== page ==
It’s Okay to Admit that Losing Friends Hurts

friendsLosing friends hurts.

Sometimes I think that if all the energy we pour into avoiding that fact were spent elsewhere, we’d have cured world hunger by now.

The memes clutter our feeds.

“We never lose real friends, only fake ones.”

“Those who can’t handle your worst, don’t deserve your best.”

“Be yourself and the right people will gravitate towards you.”

“If they didn’t stay, they were never meant to.”

And today I found myself wondering…Who are we trying to convince?

Over the years, I’ve lost friends. I’ve lost them because someone moved. I’ve lost them because they got “too busy to call”. I’ve lost them because they married. I’ve lost them because they got married and wanted to stay friends but were female, and it was no longer appropriate. I’ve lost them because they forsook God and all the awkwardness that causes in the coffeeshop (I should have fought harder for those). I’ve lost friends simply because one of us changed, or revealed their darker side, and the other decided they didn’t like what they saw.

I’m no special case. Life winnows things away, and friends are no exception. It’s left me with a small but committed group of close friends I know I can count on, no matter how many the miles and misunderstandings. We’re in it for the long haul. I want to hurl myself into a lake with joy when I think of those people.

And sure, some people are best left in the past.

But…

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We Must Never Become Black Holes

holeI can’t express how stoked I am. In order to convey my illustration, I have to be geeky – I have to accurately explain the nature of a black hole.

“Hole” has always been a misnomer (leading to a lot of inaccurate artists’ renderings over the years, corrected only recently for the mainstream in 2014’s Interstellar). A black hole is an exotic star, one collapsed so far and grown so dense that its gravity out to a certain spherical distance is strong enough to restrain all light emanating from it. Since an object is only seen by the light it reflects to your eyeballs, that spherical region of a black hole appears, well, black to the outside observer. The star itself is still inside, but forever hidden from view because its light can’t reach you.*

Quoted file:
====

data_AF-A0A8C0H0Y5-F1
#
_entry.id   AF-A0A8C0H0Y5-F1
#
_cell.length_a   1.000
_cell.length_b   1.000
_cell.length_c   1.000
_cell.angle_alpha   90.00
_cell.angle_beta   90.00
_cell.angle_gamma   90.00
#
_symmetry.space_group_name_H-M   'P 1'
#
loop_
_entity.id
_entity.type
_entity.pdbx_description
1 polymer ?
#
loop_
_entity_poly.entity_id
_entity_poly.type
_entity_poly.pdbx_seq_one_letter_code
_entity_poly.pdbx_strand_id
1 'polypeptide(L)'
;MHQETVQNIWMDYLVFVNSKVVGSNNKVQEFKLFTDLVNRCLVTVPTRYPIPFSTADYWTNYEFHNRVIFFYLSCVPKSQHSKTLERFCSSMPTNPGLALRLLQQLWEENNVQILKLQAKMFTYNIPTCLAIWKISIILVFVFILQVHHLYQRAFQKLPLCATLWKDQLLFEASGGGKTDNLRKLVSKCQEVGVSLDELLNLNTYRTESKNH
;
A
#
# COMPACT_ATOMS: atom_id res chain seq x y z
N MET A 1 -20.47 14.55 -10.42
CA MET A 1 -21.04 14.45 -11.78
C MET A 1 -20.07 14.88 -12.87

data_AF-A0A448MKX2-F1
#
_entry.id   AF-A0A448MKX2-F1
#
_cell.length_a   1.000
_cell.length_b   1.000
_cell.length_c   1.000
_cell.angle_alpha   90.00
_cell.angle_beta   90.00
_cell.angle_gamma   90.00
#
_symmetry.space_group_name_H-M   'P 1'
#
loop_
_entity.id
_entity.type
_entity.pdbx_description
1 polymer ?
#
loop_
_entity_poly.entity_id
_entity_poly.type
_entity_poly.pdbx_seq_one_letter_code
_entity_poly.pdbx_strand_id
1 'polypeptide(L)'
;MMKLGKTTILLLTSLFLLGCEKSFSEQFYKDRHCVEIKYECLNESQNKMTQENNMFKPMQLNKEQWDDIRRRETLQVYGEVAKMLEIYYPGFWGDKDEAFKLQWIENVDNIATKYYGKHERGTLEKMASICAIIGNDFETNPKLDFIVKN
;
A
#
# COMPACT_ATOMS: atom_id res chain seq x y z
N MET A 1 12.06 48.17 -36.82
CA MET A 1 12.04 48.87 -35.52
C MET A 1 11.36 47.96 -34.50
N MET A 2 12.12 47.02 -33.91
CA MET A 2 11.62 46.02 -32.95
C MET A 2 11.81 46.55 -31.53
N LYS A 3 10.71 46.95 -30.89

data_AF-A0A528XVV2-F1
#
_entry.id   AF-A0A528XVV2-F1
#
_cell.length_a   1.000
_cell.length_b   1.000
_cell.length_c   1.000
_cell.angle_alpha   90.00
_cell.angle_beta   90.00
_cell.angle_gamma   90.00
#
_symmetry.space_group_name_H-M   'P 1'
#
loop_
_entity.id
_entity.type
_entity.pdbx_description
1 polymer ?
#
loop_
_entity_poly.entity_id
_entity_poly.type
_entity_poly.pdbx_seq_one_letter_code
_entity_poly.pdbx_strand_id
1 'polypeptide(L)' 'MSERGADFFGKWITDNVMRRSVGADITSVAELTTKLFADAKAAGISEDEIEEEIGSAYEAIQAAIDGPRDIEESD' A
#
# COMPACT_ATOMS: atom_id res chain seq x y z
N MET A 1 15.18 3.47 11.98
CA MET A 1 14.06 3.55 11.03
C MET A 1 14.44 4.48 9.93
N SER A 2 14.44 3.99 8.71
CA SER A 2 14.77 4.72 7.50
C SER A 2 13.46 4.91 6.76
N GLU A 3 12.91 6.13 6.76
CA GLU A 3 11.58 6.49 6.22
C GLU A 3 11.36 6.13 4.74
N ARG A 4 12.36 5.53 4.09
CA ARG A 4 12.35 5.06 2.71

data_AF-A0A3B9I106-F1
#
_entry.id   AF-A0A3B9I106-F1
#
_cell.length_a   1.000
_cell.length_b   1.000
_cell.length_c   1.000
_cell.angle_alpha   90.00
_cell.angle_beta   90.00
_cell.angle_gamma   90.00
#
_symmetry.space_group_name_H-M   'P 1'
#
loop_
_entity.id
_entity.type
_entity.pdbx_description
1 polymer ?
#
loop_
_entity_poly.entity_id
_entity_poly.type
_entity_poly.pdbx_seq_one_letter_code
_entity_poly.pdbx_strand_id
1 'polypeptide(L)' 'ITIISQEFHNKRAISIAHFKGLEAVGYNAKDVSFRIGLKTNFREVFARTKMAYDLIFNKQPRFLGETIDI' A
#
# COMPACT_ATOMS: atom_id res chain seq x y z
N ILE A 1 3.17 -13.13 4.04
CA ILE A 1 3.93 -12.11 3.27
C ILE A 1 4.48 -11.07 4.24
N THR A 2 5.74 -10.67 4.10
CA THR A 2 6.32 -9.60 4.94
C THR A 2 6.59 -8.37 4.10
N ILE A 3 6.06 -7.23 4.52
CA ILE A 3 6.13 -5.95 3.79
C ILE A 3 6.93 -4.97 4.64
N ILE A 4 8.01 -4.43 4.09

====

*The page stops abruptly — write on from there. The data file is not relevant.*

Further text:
For a long time, I was a black hole. Sucking everything in, emitting very little. God was slowly working on my strength, changing me from the inside, but it was a process.

Then, a few years ago, I chanced into a dating relationship. We had a good five months together before she called it off. That’s okay. It happens. (She’s engaged now.) But it was a revealing time for me. I got a chance to see how such companionship affected me, what it brought out, what it exposed.

Amongst the discoveries was this: while we dated, I started taking risks I hadn’t taken before. I found a greater enthusiasm for people, asking how they were, hearing their stories. And later, after the relationship ended, I found myself tempted to revert to my usual introversion. After some self-reflection, I realized why.

Emotional gravity.

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It’s Not About You, Christian Graduates